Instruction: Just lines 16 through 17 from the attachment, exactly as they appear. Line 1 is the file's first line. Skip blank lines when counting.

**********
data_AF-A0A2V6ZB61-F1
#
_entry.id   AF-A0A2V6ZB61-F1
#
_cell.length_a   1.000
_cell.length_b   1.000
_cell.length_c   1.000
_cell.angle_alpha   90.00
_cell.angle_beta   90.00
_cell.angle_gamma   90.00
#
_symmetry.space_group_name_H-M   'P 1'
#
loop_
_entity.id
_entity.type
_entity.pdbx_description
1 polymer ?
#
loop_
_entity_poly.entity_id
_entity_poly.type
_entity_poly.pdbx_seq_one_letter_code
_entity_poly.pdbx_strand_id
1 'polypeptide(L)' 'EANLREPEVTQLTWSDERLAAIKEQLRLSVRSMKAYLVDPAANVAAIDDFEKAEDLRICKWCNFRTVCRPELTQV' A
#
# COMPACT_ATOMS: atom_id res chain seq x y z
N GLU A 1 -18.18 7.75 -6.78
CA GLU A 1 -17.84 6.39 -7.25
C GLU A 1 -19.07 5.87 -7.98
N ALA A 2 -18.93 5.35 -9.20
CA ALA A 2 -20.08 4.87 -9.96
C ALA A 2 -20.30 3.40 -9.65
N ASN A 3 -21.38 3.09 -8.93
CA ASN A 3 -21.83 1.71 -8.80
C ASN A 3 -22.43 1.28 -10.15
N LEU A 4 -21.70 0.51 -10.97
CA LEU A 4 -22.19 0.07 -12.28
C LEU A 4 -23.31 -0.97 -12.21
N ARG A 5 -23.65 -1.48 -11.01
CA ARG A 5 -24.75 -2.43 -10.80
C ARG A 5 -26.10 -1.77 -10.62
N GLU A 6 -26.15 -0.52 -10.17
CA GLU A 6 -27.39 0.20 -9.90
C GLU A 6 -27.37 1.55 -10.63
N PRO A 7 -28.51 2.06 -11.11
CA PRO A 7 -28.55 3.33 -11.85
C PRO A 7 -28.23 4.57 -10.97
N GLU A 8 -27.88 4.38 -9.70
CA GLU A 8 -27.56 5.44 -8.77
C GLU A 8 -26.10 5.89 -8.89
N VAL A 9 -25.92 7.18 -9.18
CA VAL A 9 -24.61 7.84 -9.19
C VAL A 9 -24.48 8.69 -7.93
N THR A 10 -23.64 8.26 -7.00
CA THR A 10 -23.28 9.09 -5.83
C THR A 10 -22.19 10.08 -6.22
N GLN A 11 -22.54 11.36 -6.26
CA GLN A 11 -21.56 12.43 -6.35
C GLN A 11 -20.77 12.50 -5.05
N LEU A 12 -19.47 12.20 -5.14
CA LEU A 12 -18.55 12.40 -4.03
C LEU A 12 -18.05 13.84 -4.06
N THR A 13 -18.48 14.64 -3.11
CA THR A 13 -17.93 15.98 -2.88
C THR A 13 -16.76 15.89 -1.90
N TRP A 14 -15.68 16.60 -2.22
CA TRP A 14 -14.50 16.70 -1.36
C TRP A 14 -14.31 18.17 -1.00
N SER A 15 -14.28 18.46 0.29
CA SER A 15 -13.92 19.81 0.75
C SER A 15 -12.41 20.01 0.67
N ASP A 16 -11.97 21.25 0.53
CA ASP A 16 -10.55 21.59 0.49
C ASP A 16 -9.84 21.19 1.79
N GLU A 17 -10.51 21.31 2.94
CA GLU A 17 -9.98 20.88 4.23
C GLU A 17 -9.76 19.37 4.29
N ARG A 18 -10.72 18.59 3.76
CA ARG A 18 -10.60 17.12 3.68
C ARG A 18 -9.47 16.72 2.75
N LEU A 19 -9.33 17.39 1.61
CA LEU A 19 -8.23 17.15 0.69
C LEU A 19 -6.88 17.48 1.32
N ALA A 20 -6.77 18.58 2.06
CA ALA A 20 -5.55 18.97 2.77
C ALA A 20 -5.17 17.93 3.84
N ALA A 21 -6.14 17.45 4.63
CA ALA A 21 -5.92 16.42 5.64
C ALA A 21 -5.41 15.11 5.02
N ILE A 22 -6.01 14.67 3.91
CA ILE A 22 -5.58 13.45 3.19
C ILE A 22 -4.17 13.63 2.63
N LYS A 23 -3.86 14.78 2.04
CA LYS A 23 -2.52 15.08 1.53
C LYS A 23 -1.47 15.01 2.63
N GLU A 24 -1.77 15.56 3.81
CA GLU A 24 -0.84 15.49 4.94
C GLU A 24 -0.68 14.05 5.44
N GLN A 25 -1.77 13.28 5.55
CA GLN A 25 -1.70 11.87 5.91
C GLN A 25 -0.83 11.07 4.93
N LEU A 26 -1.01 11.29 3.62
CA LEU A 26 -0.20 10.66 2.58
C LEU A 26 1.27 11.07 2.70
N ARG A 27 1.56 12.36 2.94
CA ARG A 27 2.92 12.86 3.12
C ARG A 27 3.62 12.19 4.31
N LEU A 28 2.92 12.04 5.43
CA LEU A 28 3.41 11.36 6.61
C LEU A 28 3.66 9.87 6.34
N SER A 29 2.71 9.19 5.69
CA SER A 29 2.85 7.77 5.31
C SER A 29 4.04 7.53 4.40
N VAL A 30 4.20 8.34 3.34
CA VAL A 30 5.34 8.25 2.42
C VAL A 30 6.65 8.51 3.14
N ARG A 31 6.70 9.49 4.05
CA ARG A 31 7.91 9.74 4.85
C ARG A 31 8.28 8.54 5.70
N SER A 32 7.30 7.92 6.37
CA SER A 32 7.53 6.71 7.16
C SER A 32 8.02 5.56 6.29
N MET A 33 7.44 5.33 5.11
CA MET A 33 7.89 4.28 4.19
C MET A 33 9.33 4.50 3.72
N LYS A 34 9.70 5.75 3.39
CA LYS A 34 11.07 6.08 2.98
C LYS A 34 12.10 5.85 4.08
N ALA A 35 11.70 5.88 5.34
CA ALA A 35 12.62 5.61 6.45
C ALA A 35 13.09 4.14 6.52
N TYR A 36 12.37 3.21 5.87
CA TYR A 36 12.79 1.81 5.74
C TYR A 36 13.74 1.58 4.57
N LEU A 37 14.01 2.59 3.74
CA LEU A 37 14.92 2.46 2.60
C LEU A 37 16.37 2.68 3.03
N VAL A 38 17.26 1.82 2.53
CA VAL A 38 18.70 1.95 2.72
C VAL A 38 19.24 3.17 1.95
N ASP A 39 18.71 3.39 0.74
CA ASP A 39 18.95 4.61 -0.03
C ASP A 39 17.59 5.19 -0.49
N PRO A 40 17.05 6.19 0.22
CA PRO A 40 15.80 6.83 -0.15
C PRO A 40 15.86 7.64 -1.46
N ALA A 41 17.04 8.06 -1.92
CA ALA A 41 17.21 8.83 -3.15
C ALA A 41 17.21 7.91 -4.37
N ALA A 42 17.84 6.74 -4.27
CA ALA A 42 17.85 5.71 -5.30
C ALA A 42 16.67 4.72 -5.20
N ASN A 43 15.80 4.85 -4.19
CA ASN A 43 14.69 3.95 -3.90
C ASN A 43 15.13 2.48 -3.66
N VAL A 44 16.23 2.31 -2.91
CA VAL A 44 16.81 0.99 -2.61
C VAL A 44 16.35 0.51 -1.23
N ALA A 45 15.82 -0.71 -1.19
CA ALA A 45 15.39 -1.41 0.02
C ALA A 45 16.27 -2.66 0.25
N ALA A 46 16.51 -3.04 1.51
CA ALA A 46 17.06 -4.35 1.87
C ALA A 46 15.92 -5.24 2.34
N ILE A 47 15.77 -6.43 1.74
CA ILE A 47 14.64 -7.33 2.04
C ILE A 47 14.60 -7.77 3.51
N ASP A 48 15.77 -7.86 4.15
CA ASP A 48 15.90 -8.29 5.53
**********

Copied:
_entity.type
_entity.pdbx_description